What’s that smell? It’s marketing

Quebecor has teamed with new marketing firm Elixir Marketing Olfactif to add the scent of cake to a new transit ad campaign promoting cooking show La relève.
La Releve

If a picture is worth a thousand words does the worth increase when you add a scent?

In TVA’s new bus shelter campaign for the cooking competition series La relève, one cluster of shelters is outfitted with something extra — the smell of cake.

“It’s still a traditional campaign, but with a twist,” said Christine Chamberland-Beaudoin, founder and president of Montreal-based Elixir Marketing Olfactic, which provided the technology to give the shelters its scent.

Media for the campaign was done by Quebecor, which selected Elixir to outfit bus shelters in one area of Montreal (adjacent to Rosemont Metro station) to test the effectiveness of the olfactory marketing. It’s the first major campaign for Elixir. But, Chamberland-Beaudoin pointed out, olfactory (scent) marketing itself is not new.

“This is very big in Europe and in the United States as well,” Chamberland-Beaudoin told MiC. “It’s not a perfume that you spray, it’s automated and can be controlled remotely as long as you have wifi.”

The fluid is instead made of various essential oils and diffused in the same way as a home fragrance. While Chamberland-Beaudoin said the scents Elixir uses are all natural and environmentally friendly, the bylaws around scent marketing vary in different cities, which is why it has started with Montreal, which she said has looser laws around out-of-home and scent.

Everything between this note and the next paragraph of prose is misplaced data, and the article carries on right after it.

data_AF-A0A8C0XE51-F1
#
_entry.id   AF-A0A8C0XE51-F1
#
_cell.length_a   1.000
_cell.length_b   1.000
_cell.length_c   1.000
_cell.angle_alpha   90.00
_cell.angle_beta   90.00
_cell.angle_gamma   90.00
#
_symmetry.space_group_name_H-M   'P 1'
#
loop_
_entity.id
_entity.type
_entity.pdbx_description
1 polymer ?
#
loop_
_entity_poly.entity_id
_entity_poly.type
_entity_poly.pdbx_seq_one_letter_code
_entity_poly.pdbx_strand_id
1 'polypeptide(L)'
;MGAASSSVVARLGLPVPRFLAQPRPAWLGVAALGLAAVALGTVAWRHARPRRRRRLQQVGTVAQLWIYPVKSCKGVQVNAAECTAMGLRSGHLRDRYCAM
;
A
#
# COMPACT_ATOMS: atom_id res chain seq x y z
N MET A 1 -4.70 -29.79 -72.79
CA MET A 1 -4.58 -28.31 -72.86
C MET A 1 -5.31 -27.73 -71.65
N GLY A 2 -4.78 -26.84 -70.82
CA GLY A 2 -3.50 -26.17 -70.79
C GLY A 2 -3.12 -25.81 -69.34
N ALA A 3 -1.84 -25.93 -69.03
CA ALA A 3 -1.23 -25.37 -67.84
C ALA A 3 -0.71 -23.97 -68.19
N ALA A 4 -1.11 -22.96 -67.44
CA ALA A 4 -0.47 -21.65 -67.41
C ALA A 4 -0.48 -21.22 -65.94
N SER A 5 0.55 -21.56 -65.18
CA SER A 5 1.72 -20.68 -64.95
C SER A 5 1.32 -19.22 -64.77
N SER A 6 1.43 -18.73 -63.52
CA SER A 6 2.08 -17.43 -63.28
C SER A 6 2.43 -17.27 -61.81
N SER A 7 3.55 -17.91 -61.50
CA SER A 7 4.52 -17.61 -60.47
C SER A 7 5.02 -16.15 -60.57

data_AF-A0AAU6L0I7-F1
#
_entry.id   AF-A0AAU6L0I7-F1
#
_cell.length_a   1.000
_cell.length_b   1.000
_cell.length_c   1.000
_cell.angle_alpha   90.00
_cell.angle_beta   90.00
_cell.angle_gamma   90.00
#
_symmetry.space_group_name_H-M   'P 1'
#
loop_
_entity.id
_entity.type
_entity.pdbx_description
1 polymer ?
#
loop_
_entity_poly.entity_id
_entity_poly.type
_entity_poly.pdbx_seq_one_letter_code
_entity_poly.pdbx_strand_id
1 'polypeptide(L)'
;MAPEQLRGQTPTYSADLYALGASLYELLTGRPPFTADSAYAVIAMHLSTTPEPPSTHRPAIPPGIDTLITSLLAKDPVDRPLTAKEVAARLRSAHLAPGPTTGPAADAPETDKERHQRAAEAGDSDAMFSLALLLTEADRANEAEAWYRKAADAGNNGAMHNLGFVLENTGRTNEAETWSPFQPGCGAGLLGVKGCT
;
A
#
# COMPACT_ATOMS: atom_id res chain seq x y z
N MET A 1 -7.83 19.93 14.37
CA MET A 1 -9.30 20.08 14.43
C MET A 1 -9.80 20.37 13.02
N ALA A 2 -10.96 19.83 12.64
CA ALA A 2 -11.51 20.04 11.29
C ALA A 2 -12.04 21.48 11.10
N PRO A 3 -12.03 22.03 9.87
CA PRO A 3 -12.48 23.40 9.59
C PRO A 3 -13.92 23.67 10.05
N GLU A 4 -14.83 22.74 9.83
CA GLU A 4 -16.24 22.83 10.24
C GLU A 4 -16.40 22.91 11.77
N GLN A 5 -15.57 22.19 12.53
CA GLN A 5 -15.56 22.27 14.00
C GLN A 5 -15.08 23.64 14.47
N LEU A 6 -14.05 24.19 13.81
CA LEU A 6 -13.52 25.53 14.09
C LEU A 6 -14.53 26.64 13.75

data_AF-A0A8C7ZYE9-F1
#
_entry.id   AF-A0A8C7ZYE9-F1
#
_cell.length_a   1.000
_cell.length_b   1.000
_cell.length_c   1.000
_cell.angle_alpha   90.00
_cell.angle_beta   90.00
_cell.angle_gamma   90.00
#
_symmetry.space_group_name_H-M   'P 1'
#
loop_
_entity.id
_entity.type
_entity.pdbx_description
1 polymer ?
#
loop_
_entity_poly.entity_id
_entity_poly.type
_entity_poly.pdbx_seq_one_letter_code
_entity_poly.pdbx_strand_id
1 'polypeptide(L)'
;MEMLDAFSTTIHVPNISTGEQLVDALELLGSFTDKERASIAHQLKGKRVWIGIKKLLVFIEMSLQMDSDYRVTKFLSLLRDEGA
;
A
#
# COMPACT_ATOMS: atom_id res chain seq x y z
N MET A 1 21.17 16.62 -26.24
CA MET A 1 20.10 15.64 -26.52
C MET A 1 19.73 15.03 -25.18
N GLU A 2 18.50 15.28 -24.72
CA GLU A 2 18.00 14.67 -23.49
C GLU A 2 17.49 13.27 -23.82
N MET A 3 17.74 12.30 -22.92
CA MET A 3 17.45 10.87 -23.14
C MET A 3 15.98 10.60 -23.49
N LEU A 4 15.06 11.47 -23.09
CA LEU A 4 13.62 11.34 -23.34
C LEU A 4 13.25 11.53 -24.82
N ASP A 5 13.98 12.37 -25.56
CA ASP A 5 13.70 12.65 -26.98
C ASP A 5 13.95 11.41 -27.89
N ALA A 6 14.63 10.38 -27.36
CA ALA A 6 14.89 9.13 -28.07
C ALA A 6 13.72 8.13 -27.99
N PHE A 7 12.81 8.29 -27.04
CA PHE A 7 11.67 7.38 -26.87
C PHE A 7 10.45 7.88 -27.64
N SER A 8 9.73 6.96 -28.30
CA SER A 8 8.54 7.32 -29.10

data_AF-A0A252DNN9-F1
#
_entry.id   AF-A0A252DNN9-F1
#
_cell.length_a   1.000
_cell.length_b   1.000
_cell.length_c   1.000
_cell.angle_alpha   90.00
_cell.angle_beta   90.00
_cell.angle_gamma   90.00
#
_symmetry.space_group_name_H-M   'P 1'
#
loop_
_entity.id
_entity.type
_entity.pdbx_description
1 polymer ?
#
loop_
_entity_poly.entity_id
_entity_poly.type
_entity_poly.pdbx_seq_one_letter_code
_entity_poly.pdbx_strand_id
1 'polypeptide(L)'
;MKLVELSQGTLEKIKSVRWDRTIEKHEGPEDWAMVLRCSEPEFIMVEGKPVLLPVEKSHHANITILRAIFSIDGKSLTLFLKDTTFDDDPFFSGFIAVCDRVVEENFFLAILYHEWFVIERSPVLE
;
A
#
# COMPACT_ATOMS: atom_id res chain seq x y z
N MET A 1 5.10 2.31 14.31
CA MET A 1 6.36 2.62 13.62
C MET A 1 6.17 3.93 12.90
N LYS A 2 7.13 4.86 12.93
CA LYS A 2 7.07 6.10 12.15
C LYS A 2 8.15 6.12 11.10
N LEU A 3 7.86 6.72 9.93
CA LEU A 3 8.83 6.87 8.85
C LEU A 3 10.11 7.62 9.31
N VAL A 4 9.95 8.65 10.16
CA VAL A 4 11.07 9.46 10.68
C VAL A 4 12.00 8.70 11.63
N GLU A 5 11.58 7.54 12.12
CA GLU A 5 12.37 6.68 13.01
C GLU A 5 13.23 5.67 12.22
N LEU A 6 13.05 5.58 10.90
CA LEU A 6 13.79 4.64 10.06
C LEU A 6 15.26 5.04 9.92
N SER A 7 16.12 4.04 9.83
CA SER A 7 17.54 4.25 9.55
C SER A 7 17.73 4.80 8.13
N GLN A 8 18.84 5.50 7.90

She said there’s a data connection as well; because the olfactory activations are automated to only release scene when someone enters the shelter, throughout the campaign the agency and media company can observe how much of the scent fluids are left at various intervals.

“We can check back and see, ‘oh, this campaign has been running for three months and we have only 10% of the juice left,’ and that gives us an idea of how many people are entering the shelter, and maybe coming closer to the poster.”

Chamberland-Beaudoin said that while some OOH advertising can use large, attention-catching activations — like a recent Quebecor bus shelter campaign in Montreal that covered the shelters in trash — scent can add a new layer to a two-dimensional campaign.

“People don’t always look at advertising on the street the way they used to,” she said. “They may be looking at your phones, they’re walking very fast, they’re very stressed. When you put a smell on something, it catches their attention.”

While Chamberland-Beaudoin did not have any data for the results of the activation at press time (the campaign is ongoing from Sept. 26 to Oct. 23), she said in the agency’s observations of the shelter, most reactions have been positive and have drawn attention to the photo of the cake on the poster.

La relève premieres Oct. 6 at 8 p.m. on TVA.